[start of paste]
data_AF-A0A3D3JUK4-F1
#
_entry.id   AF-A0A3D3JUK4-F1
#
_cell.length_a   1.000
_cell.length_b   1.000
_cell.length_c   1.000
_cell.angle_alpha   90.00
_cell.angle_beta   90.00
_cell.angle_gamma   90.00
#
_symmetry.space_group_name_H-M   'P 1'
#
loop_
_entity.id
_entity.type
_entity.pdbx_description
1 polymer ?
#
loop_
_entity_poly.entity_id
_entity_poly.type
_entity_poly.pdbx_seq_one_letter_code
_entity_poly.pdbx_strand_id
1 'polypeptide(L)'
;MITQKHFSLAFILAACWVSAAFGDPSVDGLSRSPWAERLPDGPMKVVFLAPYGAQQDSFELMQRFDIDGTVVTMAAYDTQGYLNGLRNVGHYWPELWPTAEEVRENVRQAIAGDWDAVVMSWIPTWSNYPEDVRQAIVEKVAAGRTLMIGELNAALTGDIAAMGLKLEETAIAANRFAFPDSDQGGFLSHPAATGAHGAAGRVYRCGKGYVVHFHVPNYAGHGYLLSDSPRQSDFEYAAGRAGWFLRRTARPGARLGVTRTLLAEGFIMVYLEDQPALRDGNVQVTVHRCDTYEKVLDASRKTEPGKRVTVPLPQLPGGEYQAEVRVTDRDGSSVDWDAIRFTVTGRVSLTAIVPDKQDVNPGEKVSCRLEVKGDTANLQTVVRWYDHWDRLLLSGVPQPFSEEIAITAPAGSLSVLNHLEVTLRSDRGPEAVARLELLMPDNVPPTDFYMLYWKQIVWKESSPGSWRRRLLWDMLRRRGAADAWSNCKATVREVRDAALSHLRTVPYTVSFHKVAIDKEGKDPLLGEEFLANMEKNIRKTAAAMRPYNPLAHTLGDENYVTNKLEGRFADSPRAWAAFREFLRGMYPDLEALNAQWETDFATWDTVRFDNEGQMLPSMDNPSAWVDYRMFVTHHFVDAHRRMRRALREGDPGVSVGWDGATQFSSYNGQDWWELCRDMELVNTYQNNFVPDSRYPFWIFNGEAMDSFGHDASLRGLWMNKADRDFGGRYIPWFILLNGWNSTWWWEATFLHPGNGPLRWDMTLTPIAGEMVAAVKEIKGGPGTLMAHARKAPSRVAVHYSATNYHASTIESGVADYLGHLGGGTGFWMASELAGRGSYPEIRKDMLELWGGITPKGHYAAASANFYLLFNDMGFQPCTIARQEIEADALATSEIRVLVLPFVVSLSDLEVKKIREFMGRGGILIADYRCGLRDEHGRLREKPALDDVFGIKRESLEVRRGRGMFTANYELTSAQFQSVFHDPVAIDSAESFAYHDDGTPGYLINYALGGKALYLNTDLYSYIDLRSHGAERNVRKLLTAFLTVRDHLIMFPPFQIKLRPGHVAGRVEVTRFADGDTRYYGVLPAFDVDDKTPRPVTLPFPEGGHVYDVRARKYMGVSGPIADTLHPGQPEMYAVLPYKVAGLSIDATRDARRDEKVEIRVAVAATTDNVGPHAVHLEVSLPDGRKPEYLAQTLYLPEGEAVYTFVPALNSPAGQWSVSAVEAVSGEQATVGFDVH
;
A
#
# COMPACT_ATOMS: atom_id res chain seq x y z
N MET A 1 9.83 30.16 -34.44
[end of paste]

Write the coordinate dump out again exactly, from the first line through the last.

data_AF-A0A3D3JUK4-F1
#
_entry.id   AF-A0A3D3JUK4-F1
#
_cell.length_a   1.000
_cell.length_b   1.000
_cell.length_c   1.000
_cell.angle_alpha   90.00
_cell.angle_beta   90.00
_cell.angle_gamma   90.00
#
_symmetry.space_group_name_H-M   'P 1'
#
loop_
_entity.id
_entity.type
_entity.pdbx_description
1 polymer ?
#
loop_
_entity_poly.entity_id
_entity_poly.type
_entity_poly.pdbx_seq_one_letter_code
_entity_poly.pdbx_strand_id
1 'polypeptide(L)'
;MITQKHFSLAFILAACWVSAAFGDPSVDGLSRSPWAERLPDGPMKVVFLAPYGAQQDSFELMQRFDIDGTVVTMAAYDTQGYLNGLRNVGHYWPELWPTAEEVRENVRQAIAGDWDAVVMSWIPTWSNYPEDVRQAIVEKVAAGRTLMIGELNAALTGDIAAMGLKLEETAIAANRFAFPDSDQGGFLSHPAATGAHGAAGRVYRCGKGYVVHFHVPNYAGHGYLLSDSPRQSDFEYAAGRAGWFLRRTARPGARLGVTRTLLAEGFIMVYLEDQPALRDGNVQVTVHRCDTYEKVLDASRKTEPGKRVTVPLPQLPGGEYQAEVRVTDRDGSSVDWDAIRFTVTGRVSLTAIVPDKQDVNPGEKVSCRLEVKGDTANLQTVVRWYDHWDRLLLSGVPQPFSEEIAITAPAGSLSVLNHLEVTLRSDRGPEAVARLELLMPDNVPPTDFYMLYWKQIVWKESSPGSWRRRLLWDMLRRRGAADAWSNCKATVREVRDAALSHLRTVPYTVSFHKVAIDKEGKDPLLGEEFLANMEKNIRKTAAAMRPYNPLAHTLGDENYVTNKLEGRFADSPRAWAAFREFLRGMYPDLEALNAQWETDFATWDTVRFDNEGQMLPSMDNPSAWVDYRMFVTHHFVDAHRRMRRALREGDPGVSVGWDGATQFSSYNGQDWWELCRDMELVNTYQNNFVPDSRYPFWIFNGEAMDSFGHDASLRGLWMNKADRDFGGRYIPWFILLNGWNSTWWWEATFLHPGNGPLRWDMTLTPIAGEMVAAVKEIKGGPGTLMAHARKAPSRVAVHYSATNYHASTIESGVADYLGHLGGGTGFWMASELAGRGSYPEIRKDMLELWGGITPKGHYAAASANFYLLFNDMGFQPCTIARQEIEADALATSEIRVLVLPFVVSLSDLEVKKIREFMGRGGILIADYRCGLRDEHGRLREKPALDDVFGIKRESLEVRRGRGMFTANYELTSAQFQSVFHDPVAIDSAESFAYHDDGTPGYLINYALGGKALYLNTDLYSYIDLRSHGAERNVRKLLTAFLTVRDHLIMFPPFQIKLRPGHVAGRVEVTRFADGDTRYYGVLPAFDVDDKTPRPVTLPFPEGGHVYDVRARKYMGVSGPIADTLHPGQPEMYAVLPYKVAGLSIDATRDARRDEKVEIRVAVAATTDNVGPHAVHLEVSLPDGRKPEYLAQTLYLPEGEAVYTFVPALNSPAGQWSVSAVEAVSGEQATVGFDVH
;
A
#
# COMPACT_ATOMS: atom_id res chain seq x y z
N MET A 1 9.83 30.16 -34.44